Can Emerging Technologies such as AI and ML Mak­­e Teaching, Assessment and Research More Effective and Inclusive? – CETI Westminster Workshop overview

workshop CETI June 7th

On June 7th, the CIMR at Birkbeck, University of London, in collaboration with CETI at the University of Westminster and the Innogen Institute at the Open University and the University of Edinburgh, held a joint exploratory workshop on “Emerging Technologies for Effective Teaching, Assessment, and Research.


The workshop brought together educators and researchers from several fields, including architecture, computer science, development studies, entrepreneurship, innovation studies, law, management, organisation studies, and politics. It reflected on the promise emerging technologies such as artificial intelligence (AI) and machine learning (ML) hold for teaching and research at universities. Furthermore, the workshop addressed issues of inclusion and social justice in such AI/ML applications.

One of the main goals of the workshop was to share ideas and best practices and explore strategies for using these technologies to promote inclusive pedagogy and avoid algorithmic biases, coloniality, and hierarchies in the curriculum.

Emerging Technologies for Teaching and Assessment

The workshop opened with introductory remarks from the co-organizers: Dr Yaz Osho, Dr Thanos Fragkandreas, Professor Theo Papaioannou, Dr Daphne Economou, and Dr Marion Frenz. They all pointed out the importance of emerging technologies for effective teaching and research and the urgency of addressing issues of inequity and exclusion in specific technological applications.

This was followed by the first session, which contained three presentations by Dr Daphne Economou on gamification and AI, by Professor Advaith Siddharthan on AI, citizen science, and epistemic justice, and lastly, Dr Marion Frenz on the use of Gen-AI in business research proposals.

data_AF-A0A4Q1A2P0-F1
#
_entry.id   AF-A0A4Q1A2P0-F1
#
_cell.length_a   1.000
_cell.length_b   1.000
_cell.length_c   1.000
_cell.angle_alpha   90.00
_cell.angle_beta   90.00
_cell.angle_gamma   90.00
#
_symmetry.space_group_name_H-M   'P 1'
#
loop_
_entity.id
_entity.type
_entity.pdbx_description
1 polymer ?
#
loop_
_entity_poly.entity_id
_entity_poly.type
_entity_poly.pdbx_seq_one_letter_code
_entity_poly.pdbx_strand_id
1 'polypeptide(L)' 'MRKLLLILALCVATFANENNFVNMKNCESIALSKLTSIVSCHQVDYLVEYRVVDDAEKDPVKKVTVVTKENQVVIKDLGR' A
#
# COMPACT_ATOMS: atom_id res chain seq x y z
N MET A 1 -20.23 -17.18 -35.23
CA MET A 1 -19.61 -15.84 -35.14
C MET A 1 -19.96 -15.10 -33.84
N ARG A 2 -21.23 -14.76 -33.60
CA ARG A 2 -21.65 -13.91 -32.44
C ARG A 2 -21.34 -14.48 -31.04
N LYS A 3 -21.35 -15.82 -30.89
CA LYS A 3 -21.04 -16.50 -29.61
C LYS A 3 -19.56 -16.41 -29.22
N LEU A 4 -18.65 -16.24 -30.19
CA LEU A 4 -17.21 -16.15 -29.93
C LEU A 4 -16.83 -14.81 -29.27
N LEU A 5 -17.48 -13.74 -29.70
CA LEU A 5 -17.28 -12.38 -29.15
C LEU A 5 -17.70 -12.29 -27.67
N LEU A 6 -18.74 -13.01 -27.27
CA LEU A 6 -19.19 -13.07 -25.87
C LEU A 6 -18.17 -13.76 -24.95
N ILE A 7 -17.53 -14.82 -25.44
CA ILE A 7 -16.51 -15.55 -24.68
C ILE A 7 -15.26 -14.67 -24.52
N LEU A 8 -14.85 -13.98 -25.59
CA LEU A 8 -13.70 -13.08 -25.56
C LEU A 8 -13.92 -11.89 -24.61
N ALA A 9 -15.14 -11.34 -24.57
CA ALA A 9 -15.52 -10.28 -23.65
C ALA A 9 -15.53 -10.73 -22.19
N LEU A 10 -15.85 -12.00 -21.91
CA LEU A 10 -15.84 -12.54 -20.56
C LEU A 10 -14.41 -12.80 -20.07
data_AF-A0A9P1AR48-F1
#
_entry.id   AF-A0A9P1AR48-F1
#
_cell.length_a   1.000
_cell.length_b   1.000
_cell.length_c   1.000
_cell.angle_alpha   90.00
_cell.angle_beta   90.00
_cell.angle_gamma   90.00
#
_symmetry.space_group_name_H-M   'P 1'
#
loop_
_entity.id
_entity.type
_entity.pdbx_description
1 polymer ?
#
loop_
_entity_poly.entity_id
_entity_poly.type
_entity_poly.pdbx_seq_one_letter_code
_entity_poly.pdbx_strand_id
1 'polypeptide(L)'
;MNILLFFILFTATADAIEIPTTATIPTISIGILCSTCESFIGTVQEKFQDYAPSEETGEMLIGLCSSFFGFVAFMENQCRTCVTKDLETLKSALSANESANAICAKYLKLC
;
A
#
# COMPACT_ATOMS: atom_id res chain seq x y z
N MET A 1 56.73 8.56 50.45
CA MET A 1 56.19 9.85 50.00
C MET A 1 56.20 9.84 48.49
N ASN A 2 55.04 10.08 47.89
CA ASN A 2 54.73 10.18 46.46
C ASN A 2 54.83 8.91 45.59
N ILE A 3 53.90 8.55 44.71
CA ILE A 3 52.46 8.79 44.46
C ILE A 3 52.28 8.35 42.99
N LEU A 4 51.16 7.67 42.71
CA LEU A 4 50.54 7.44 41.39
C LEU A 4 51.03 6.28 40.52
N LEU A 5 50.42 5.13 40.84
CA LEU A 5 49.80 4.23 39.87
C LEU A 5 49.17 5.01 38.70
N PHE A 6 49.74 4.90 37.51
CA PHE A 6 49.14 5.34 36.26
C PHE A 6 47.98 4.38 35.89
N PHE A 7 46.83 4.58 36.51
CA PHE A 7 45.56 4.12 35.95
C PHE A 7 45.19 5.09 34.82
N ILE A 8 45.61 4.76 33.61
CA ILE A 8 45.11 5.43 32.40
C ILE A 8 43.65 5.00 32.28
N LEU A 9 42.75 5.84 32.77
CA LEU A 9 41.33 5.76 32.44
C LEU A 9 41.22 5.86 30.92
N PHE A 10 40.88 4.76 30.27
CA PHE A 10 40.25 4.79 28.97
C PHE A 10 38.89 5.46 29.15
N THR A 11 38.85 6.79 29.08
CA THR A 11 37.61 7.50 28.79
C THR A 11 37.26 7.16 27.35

These presentations stressed the potential of AI technologies for enhancing the learning outcomes of students as well as for enabling citizens to get engaged in scientific research.

Encouraging students to use these technologies effectively in their learning journeys can lead them to developing important transferable skills. 

Issues of Emerging Technologies for Teaching and Assessment

After a short coffee break, four additional presentations were given. The first one was delivered by Dr Thanos Fragkandreas on research-based teaching and AI bias; the second one by Dr Peter Atkinson on different types of assessment in the age of AI; the third one by Professor Theo Papaioannou on using AI in a responsible and inclusive manner in both teaching and research; and lastly, Dr Sylvia Snijders and Deborah Rose discussed the responsible use of AI in decolonising the curriculum. These presentations pointed out that the importance of using AI/ML technologies within a framework of social justice. Observing certain principles of equity and inclusion can enable educators and students to identify bias, avoid discrimination, and deal with issues of coloniality in the curriculum.  

Emerging Technologies for Effective Teaching: Ways Forward

After the lunch break, presenters and participants discussed ideas, raised some concerns (e.g., lack of a cross-university AI policy, training, and support for module leaders on how to incorporate AI in the curriculum in an inclusive way), shared best practices, and identified a few areas for action for the next academic year. Among other things, workshop participants committed to:

  • Co-create a framework for implementing AI in different modules in the next academic year while acknowledging that academic standards differ in each university.
  • Utilise AI tools for effective teaching, for instance, utilising AI to detect students who are not engaged with the reading material and content in the modules.
  • Explore the potential of AI in research-based teaching and identify ways AI can be utilised to enhance the critical thinking and analytical skills of students.
  • Brainstorm on types of assessment and criteria that can be used to assess originality in the age of AI.
  • Share ideas and best practices on decolonising the curriculum and explore participatory ways, for instance, by implementing citizen science concepts and tools.

As discussed in another CIMR event, while emerging technologies offer impressive benefits for efficiency and capability enhancement, they also pose challenges for educators and researchers.  Open dialogue, continuous adaptation, careful planning, human oversight, and ethical considerations are essential.

The workshop concluded with a call to explore the potential of emerging technologies for inclusive teaching and assessment in the next academic year.

We would like to thank the Innogen Institute at the Open University, the University of Edinburgh and the CETI at the University of Westminster for co-sponsoring and organising the workshop.

Thanos Fragkandreas and Theo Papaioannou